Right from the opening credits I, Tonya makes clear its intentions as an "irony free, wildly contradictory, totally true" account of Tonya Harding's story. In fact, the truth may never be known, not by us at least.
But in Harding's own words, "There's no such thing as truth. I mean, it's bullsh*t. Everyone has their own truth and life just does whatever the f*ck it wants." A perfect summation of this film's sassy tone.
Most will already know the events surrounding the infamous scandal of Olympic ice-skaters Tonya Harding and Nancy Kerrigan. But less is known about the events leading up to the incident.
Physically abused from a young age by her mother and later in life by her husband, Harding's rough start moulded her into a belligerent, naive, self-confessed redneck that didn't give an inch. Her side of the story is presented through documentary-style interviews with the key players, including Harding (Margot Robbie), her husband Jeff Gillooly (Sebastian Stan) and Harding's mother LaVona Golden (Allison Janney) — all who clarify events leading up to the "planned" kneecapping of rival skater Nancy Kerrigan. The incident made headlines around the world and defined the careers of the two Olympic ice-skaters.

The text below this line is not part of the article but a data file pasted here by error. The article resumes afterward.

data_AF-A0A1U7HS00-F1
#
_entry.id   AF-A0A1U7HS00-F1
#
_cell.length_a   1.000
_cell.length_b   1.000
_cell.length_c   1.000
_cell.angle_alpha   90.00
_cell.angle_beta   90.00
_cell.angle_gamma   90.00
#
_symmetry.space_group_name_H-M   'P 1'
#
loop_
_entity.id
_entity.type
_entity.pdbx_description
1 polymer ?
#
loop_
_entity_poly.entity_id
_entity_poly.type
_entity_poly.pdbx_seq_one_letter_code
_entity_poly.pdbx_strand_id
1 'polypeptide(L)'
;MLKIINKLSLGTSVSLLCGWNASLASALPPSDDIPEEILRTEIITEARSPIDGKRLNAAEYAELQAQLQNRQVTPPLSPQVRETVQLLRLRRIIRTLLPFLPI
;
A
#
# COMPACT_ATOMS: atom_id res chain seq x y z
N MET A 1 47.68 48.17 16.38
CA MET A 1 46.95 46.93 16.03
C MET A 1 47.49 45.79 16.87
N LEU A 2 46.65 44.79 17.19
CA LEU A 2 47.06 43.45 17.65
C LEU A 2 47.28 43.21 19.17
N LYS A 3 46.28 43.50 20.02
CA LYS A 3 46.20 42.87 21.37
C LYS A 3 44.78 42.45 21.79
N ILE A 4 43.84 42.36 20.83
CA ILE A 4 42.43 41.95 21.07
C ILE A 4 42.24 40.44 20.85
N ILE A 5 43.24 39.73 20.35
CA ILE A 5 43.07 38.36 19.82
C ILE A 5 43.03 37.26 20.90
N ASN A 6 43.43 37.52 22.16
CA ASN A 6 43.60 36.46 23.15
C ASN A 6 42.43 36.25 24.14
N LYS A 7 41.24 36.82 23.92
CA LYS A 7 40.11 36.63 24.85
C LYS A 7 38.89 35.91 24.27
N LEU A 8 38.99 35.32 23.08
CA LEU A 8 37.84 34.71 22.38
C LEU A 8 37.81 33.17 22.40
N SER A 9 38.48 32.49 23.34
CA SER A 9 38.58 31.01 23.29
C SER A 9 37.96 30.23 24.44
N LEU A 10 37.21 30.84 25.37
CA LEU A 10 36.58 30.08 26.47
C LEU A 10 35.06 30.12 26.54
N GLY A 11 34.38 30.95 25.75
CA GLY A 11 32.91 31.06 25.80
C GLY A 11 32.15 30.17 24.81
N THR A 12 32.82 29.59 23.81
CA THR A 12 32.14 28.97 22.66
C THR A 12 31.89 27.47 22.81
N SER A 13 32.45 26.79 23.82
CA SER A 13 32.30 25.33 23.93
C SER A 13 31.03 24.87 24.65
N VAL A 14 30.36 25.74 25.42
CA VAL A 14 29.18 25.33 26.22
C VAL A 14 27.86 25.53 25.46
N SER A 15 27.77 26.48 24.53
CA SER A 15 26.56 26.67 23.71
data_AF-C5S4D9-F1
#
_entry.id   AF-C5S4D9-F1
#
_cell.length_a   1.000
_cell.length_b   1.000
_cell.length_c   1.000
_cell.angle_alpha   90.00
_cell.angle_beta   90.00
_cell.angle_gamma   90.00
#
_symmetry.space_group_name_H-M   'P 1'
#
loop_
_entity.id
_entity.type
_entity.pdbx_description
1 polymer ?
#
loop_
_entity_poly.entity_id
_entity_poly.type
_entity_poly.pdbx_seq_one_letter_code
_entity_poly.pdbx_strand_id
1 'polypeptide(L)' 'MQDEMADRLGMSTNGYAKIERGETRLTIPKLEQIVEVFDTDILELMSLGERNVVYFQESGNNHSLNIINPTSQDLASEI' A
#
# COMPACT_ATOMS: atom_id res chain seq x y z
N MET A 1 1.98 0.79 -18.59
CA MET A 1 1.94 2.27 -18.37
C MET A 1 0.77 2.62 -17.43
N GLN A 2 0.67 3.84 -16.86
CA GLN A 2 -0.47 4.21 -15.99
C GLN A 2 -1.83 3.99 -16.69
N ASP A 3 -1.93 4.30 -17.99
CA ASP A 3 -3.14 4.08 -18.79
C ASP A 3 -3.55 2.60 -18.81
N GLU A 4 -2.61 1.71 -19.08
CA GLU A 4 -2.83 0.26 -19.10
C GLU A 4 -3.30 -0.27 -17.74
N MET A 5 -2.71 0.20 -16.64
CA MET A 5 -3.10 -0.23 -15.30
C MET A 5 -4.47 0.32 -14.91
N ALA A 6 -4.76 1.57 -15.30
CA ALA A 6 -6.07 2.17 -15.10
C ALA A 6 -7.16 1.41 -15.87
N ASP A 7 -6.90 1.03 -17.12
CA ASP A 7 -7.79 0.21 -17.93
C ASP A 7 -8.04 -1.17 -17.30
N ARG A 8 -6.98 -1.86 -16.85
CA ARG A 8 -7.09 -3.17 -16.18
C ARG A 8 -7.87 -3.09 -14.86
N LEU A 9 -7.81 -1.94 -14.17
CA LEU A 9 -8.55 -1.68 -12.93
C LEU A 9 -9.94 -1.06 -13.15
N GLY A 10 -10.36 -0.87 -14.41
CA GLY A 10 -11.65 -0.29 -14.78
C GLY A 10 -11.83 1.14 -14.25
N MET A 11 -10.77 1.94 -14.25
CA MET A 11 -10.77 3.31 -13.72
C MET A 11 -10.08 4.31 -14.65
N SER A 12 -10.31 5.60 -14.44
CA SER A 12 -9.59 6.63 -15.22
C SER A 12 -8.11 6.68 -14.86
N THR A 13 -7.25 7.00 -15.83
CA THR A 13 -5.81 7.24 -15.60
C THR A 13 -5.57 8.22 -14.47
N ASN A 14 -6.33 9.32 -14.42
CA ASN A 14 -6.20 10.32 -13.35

Director Craig Gillespie's (Lars and the Real Girl) visually charged approach is perfectly partnered with Steven Rogers' punch-and-duck screenplay, resulting in a film that ebbs and flows effortlessly throughout. And although at times it relies too heavily on its emotive soundtrack, it packs enough kinetic wallop and alluring fourth-wall breaking (which at times includes us, the media-frenzied public, complicit in her abuse), to keep you engaged.
It's difficult to know how the real events behind closed doors actually played out, but one thing's for sure; I, Tonya presents Harding's "truth" as a feisty tale of dark humour and tragedy that proves to be an absorbing romp from start to finish.
Margot Robbie, Sebastian Stan, Allison Janney
R16 (Domestic violence, sexual violence, sex scenes & offensive language)
Skates around the facts but an absorbing romp.